The city of lights has turned into a city of fires as the garbage collection strike continues.
Garbage collectors not just in the capital city of Paris, but also in Bordeaux, Nantes, Saint-Brieuc, and Le Havre have been on strike for the past 18 days to protest against President Emmanuel Macron’s decision to extend the country’s retirement age by two years, which passed Parliament on Monday.
The strike underlines the hazards of the garbage collector’s job. In Paris alone, where half of the city’s garbage is collected by municipal workers (and the other half split among four private companies), over 10,000 tons of uncollected garbage accumulated in the districts covered by the municipal collectors as of Friday last week, according to the city hall.
Macron’s pension reform would raise the age when workers can start collecting their government pension from 62 to 64 for a majority of workers, and from 57 to 59 for garbage collectors. Macron had previously pushed for reforms in the pensions system in 2019, but was met with nationwide strikes. He was ultimately forced to abandon the reform then as the Covid-19 pandemic started.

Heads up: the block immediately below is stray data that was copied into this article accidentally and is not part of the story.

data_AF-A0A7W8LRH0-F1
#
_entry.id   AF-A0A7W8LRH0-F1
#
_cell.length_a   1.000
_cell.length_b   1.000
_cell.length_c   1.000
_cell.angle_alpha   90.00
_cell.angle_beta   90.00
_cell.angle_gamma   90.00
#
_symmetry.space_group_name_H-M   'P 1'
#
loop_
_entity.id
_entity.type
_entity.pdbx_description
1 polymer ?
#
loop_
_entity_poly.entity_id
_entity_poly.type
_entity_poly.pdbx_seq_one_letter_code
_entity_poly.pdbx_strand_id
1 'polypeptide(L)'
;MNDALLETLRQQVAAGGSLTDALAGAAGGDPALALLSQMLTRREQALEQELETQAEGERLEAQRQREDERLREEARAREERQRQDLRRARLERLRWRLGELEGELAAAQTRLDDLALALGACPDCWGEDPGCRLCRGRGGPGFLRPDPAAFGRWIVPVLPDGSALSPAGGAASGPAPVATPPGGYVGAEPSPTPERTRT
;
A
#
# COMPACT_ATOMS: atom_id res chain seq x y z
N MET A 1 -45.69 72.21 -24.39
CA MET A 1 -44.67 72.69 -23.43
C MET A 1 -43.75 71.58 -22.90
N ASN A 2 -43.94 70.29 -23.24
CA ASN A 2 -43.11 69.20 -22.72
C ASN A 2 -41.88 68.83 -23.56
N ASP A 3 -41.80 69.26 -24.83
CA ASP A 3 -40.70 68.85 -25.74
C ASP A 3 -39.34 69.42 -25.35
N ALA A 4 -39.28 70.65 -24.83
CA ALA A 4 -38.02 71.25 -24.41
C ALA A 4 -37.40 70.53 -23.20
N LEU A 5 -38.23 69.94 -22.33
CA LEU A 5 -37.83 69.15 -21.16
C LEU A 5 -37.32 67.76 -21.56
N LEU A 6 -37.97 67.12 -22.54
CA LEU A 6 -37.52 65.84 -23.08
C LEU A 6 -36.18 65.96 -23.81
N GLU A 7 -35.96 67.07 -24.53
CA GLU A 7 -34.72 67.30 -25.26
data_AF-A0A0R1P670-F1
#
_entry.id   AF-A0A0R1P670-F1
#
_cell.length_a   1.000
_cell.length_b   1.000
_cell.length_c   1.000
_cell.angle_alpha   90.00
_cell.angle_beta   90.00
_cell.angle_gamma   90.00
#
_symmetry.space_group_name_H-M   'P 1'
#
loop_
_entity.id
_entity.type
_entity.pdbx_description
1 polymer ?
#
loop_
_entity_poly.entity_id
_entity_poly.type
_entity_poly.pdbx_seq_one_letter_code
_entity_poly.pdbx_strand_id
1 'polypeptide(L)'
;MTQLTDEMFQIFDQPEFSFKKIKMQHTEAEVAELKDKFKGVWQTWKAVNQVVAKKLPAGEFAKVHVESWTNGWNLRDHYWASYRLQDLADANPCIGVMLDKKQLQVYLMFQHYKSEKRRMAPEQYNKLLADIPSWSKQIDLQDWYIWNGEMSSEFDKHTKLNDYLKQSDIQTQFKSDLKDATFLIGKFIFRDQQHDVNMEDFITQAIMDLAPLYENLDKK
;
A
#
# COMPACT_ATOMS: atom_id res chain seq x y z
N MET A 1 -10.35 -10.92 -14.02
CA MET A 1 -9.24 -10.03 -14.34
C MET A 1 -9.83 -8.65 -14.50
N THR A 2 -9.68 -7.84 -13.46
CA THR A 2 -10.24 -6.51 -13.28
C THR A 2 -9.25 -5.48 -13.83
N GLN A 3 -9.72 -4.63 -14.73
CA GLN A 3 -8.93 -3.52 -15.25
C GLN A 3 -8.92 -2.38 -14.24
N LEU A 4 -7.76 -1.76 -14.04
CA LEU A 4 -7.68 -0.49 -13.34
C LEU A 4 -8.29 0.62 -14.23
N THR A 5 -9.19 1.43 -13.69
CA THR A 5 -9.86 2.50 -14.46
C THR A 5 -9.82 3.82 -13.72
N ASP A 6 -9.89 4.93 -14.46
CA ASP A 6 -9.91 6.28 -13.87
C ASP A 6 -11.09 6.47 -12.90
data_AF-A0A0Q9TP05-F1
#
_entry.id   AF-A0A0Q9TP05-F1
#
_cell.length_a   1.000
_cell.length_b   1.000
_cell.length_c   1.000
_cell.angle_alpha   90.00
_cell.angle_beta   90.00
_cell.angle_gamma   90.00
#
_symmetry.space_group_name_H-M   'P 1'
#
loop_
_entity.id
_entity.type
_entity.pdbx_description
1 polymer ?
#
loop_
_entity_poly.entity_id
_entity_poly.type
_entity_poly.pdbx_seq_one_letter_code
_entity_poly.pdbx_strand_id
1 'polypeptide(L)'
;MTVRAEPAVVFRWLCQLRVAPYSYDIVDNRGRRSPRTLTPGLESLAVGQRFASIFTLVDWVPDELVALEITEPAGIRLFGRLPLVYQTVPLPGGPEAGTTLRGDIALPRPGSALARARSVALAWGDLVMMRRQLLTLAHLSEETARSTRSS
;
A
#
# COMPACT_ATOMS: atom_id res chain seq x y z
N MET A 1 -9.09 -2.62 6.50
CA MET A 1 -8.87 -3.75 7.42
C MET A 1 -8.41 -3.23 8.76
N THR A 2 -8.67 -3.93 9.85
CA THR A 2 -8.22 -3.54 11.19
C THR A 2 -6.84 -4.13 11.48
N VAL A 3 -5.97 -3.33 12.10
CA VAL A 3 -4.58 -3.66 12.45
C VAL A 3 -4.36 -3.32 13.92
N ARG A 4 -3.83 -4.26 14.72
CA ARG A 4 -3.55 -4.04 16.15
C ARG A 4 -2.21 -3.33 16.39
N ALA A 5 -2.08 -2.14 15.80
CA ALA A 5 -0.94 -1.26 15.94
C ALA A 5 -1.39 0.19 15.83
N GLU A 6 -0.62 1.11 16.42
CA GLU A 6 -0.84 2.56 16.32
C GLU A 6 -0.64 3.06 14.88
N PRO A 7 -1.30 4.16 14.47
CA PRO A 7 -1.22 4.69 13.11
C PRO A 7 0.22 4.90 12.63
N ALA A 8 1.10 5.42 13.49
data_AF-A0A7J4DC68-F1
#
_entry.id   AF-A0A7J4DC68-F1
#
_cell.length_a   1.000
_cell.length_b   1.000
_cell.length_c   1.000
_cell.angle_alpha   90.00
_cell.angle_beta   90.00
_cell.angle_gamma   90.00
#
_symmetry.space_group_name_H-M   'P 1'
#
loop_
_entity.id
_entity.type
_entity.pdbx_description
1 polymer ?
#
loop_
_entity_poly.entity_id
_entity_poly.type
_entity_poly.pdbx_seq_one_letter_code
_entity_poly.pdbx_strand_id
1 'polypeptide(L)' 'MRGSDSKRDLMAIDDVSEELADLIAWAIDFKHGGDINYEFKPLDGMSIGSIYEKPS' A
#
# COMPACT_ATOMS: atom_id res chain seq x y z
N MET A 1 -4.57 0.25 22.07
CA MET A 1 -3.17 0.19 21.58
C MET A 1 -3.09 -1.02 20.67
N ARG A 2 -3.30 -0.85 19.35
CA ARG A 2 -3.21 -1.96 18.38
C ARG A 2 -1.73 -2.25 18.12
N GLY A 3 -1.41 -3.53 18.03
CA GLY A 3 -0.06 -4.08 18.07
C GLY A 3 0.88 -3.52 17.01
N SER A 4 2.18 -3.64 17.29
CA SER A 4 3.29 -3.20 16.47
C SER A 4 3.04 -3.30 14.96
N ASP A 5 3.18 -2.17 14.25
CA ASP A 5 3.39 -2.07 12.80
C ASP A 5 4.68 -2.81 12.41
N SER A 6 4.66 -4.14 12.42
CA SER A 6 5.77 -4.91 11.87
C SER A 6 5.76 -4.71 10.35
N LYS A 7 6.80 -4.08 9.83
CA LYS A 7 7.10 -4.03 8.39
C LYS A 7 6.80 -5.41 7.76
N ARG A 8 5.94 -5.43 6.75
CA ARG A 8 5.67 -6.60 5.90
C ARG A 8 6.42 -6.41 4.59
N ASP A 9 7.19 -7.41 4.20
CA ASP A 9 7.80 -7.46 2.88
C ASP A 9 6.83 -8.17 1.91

Macron has continued to push for the reform, arguing that it would address a pension funding deficit and make the system more sustainable in the future. The Pensions Advisory Council says that without changes to the country’s retirement system, it is projected to carry an annual deficit of as much as 0.8% of annual economic output in the next decade.
The French president, who refused to meet with the unions to discuss the matter, pushed the bill at the Parliament by leveraging a special constitutional measure that allowed them to bypass a vote in the Parliament. And while it’s considered adopted, the bill will still need to be reviewed by the Constitutional Council before it can be signed into law.
But the garbage collectors and their supporters have not shown signs of backing down. Protesters have lit piles and piles of garbage on fire all throughout the week. And the unions have called for renewed protests around the country next week.
In some cities, like Bordeaux, firefighters have reportedly taken the side of the garbage collectors.
Meanwhile, King Charles’ visit to France has been postponed as the protests rage on.
Macron will soon need to address his people’s growing anger as demonstrations take a more aggressive, more fiery turn.
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